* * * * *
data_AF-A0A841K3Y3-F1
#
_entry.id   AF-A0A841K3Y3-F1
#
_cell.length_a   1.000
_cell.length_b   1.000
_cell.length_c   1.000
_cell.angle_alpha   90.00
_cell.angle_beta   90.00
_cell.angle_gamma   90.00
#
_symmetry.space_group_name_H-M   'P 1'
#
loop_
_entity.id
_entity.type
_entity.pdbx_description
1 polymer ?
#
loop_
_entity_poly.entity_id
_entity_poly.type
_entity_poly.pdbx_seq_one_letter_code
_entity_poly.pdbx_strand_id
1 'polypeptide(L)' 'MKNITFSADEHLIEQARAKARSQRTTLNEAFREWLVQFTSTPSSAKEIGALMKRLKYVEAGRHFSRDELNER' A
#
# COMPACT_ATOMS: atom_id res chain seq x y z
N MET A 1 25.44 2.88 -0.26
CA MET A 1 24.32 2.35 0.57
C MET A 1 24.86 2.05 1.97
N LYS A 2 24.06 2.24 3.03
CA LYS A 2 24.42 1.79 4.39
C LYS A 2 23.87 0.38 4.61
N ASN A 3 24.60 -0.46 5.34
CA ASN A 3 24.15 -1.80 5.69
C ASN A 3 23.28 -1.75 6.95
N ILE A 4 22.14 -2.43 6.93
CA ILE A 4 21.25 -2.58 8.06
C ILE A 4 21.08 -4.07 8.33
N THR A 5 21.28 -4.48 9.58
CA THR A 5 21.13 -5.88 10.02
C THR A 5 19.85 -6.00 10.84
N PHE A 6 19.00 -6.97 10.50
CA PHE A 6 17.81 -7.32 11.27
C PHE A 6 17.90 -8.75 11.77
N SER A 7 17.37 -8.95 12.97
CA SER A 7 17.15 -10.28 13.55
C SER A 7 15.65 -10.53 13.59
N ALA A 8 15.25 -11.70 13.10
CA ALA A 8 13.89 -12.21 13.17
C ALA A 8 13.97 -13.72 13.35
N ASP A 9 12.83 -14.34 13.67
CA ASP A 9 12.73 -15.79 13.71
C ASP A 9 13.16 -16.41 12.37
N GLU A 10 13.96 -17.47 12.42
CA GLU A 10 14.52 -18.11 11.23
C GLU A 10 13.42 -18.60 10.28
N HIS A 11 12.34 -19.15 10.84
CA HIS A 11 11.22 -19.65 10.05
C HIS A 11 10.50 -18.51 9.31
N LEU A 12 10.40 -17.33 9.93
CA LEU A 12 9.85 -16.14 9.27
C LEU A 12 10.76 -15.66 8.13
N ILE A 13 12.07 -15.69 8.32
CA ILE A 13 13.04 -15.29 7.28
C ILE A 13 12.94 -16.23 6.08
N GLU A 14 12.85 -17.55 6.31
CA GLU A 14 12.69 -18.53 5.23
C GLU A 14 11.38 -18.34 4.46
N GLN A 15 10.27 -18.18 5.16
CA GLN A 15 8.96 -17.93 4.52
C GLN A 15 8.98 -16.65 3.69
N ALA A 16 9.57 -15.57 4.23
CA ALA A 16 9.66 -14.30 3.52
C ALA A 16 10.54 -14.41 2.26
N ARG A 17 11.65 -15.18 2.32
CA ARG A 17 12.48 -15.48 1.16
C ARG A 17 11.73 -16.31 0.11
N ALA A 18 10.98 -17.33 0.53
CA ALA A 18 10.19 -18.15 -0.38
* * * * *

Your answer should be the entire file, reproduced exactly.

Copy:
data_AF-A0A841K3Y3-F1
#
_entry.id   AF-A0A841K3Y3-F1
#
_cell.length_a   1.000
_cell.length_b   1.000
_cell.length_c   1.000
_cell.angle_alpha   90.00
_cell.angle_beta   90.00
_cell.angle_gamma   90.00
#
_symmetry.space_group_name_H-M   'P 1'
#
loop_
_entity.id
_entity.type
_entity.pdbx_description
1 polymer ?
#
loop_
_entity_poly.entity_id
_entity_poly.type
_entity_poly.pdbx_seq_one_letter_code
_entity_poly.pdbx_strand_id
1 'polypeptide(L)' 'MKNITFSADEHLIEQARAKARSQRTTLNEAFREWLVQFTSTPSSAKEIGALMKRLKYVEAGRHFSRDELNER' A
#
# COMPACT_ATOMS: atom_id res chain seq x y z
N MET A 1 25.44 2.88 -0.26
CA MET A 1 24.32 2.35 0.57
C MET A 1 24.86 2.05 1.97
N LYS A 2 24.06 2.24 3.03
CA LYS A 2 24.42 1.79 4.39
C LYS A 2 23.87 0.38 4.61
N ASN A 3 24.60 -0.46 5.34
CA ASN A 3 24.15 -1.80 5.69
C ASN A 3 23.28 -1.75 6.95
N ILE A 4 22.14 -2.43 6.93
CA ILE A 4 21.25 -2.58 8.06
C ILE A 4 21.08 -4.07 8.33
N THR A 5 21.28 -4.48 9.58
CA THR A 5 21.13 -5.88 10.02
C THR A 5 19.85 -6.00 10.84
N PHE A 6 19.00 -6.97 10.50
CA PHE A 6 17.81 -7.32 11.27
C PHE A 6 17.90 -8.75 11.77
N SER A 7 17.37 -8.95 12.97
CA SER A 7 17.15 -10.28 13.55
C SER A 7 15.65 -10.53 13.59
N ALA A 8 15.25 -11.70 13.10
CA ALA A 8 13.89 -12.21 13.17
C ALA A 8 13.97 -13.72 13.35
N ASP A 9 12.83 -14.34 13.67
CA ASP A 9 12.73 -15.79 13.71
C ASP A 9 13.16 -16.41 12.37
N GLU A 10 13.96 -17.47 12.42
CA GLU A 10 14.52 -18.11 11.23
C GLU A 10 13.42 -18.60 10.28
N HIS A 11 12.34 -19.15 10.84
CA HIS A 11 11.22 -19.65 10.05
C HIS A 11 10.50 -18.51 9.31
N LEU A 12 10.40 -17.33 9.93
CA LEU A 12 9.85 -16.14 9.27
C LEU A 12 10.76 -15.66 8.13
N ILE A 13 12.07 -15.69 8.32
CA ILE A 13 13.04 -15.29 7.28
C ILE A 13 12.94 -16.23 6.08
N GLU A 14 12.85 -17.55 6.31
CA GLU A 14 12.69 -18.53 5.23
C GLU A 14 11.38 -18.34 4.46
N GLN A 15 10.27 -18.18 5.16
CA GLN A 15 8.96 -17.93 4.52
C GLN A 15 8.98 -16.65 3.69
N ALA A 16 9.57 -15.57 4.23
CA ALA A 16 9.66 -14.30 3.52
C ALA A 16 10.54 -14.41 2.26
N ARG A 17 11.65 -15.18 2.32
CA ARG A 17 12.48 -15.48 1.16
C ARG A 17 11.73 -16.31 0.11
N ALA A 18 10.98 -17.33 0.53
CA ALA A 18 10.19 -18.15 -0.38